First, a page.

As the pace of change speeds up, many of us find it challenging to grasp our range of options. All leaders must, in effect, become technologists. Only then can we effectively guide organizations, companies, and communities towards long-term health and impact. Only then can we retain our relevance and effectiveness, as leaders and even as individuals.
The choices we all face because of technology are by no means easy. Much of technology’s impact is painful, confusing, and socially destructive. Our bias has always been towards optimism, but we spend more and more time examining and strategizing about the downsides.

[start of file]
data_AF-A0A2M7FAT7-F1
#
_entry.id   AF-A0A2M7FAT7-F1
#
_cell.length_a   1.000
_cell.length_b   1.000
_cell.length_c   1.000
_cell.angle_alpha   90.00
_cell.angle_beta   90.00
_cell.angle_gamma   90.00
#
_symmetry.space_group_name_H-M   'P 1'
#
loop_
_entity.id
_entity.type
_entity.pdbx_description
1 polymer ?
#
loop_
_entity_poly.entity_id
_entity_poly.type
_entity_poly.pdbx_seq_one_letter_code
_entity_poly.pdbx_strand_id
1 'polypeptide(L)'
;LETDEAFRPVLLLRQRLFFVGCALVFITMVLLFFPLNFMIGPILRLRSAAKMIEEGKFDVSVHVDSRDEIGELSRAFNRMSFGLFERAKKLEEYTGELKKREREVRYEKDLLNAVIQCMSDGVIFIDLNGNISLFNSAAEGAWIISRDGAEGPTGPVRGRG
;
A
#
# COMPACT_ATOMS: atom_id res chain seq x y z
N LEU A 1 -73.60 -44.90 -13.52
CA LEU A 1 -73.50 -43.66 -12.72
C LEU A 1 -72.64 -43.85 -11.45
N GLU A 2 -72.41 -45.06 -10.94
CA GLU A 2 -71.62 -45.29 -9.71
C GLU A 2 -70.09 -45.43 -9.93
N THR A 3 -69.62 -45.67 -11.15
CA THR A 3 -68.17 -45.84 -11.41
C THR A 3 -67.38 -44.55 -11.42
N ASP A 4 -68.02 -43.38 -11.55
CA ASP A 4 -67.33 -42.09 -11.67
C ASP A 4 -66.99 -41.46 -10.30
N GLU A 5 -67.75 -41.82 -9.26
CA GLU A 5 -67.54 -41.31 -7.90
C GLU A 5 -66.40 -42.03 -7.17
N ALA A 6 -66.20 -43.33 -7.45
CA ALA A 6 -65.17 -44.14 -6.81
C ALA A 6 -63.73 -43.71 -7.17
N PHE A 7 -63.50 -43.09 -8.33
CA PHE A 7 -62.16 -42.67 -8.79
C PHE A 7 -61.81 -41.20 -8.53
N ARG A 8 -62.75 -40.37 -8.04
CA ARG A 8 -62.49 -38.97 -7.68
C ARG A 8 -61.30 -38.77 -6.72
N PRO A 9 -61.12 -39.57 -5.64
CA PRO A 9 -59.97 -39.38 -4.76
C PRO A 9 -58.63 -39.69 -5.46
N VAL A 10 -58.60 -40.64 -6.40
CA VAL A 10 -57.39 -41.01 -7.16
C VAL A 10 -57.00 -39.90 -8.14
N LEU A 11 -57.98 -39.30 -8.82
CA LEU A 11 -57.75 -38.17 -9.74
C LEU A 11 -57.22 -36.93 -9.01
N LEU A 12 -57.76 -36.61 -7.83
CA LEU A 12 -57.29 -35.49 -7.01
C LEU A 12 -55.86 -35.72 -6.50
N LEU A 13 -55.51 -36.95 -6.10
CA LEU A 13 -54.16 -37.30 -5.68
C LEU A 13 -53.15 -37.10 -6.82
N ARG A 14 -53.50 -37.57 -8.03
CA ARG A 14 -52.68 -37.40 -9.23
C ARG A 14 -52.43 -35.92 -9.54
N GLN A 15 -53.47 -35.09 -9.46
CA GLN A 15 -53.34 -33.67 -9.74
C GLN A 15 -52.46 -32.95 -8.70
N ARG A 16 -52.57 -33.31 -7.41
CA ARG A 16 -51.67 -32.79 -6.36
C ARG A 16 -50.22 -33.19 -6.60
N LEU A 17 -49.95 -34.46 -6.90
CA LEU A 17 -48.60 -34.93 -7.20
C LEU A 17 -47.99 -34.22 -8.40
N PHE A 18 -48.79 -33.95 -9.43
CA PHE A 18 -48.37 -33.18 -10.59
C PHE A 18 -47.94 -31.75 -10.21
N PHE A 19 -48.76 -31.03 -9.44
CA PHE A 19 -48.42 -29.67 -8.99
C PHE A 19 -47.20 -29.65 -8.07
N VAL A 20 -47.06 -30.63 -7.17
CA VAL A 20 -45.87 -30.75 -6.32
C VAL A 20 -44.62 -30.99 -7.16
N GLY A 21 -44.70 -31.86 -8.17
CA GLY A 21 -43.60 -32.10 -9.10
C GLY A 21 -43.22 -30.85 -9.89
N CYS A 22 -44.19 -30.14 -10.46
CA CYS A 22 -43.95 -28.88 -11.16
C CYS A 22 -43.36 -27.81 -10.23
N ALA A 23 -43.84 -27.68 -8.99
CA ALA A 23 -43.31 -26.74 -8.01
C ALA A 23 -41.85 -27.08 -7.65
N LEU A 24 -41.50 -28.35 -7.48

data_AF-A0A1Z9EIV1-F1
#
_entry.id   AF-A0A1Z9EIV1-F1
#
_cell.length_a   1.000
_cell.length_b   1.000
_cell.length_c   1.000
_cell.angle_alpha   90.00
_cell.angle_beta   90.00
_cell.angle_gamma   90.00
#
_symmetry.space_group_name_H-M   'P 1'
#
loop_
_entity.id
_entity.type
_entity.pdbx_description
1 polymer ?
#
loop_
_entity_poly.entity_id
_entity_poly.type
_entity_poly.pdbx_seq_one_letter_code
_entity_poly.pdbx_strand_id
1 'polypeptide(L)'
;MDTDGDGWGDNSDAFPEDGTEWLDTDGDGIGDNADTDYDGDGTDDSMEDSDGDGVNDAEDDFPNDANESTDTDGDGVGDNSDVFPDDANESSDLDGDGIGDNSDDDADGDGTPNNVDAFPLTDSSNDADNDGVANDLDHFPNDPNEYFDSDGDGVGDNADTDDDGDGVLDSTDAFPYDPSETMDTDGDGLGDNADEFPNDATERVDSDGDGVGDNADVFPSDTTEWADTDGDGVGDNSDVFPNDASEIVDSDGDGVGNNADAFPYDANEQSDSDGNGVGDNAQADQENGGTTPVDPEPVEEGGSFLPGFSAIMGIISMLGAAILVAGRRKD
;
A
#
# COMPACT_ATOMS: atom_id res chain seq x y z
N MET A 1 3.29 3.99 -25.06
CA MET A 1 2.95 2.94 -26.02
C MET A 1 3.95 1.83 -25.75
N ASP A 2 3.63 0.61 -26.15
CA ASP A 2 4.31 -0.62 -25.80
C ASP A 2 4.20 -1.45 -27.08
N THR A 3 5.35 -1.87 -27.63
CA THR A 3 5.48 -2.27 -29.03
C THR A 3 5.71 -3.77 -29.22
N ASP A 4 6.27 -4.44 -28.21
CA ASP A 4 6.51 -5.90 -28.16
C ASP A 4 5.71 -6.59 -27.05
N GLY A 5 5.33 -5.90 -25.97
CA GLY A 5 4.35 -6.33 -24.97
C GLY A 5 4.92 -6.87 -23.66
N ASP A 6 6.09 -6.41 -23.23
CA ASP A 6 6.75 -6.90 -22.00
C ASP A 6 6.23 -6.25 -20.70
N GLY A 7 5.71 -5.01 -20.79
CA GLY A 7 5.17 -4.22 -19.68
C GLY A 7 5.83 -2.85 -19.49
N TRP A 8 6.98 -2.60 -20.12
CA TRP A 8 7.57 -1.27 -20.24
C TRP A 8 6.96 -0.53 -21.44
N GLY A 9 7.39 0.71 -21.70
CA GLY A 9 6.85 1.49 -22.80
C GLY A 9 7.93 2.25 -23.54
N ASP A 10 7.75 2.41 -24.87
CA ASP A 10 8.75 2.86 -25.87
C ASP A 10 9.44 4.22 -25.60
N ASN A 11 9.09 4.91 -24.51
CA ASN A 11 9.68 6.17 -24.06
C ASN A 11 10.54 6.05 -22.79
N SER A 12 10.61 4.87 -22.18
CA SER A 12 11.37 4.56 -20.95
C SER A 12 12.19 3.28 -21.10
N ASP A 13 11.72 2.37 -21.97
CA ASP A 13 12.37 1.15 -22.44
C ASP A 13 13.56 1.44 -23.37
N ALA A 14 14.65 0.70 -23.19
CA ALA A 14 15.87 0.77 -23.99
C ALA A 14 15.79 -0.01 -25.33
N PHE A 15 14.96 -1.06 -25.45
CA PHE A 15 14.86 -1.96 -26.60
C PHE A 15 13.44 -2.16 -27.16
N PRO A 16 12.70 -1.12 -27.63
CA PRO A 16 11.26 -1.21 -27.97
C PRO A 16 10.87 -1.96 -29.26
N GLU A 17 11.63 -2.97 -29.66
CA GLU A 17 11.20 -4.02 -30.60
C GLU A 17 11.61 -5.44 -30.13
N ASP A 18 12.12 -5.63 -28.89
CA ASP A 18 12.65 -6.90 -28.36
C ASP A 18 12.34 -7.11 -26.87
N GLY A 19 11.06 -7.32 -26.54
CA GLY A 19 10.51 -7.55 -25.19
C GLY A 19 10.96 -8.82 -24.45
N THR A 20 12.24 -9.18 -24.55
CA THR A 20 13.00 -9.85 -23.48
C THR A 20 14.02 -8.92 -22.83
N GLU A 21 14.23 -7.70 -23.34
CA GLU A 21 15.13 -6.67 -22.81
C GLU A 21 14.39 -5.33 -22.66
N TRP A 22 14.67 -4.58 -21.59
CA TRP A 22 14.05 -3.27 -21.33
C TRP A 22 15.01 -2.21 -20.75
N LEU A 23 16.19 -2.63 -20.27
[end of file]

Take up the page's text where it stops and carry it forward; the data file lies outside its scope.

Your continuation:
Techonomy casts its lens broadly across business and society in order to highlight and explore the manifold ways in which tech’s impact is felt. We care about the future of food and nutrition, healthcare, education, government, science, the arts, transportation, cities, infrastructure, communication, media, architecture, and indeed any sphere of human endeavor. We believe there is no field in which tech is not having a transformative impact. We are no less interested in the cement business than in social media. (OK, maybe a little.) Lines are being blurred, in large part by developments driven by technology, so that many once-distinct disciplines are overlapping, consolidating, and cross-fertilizing.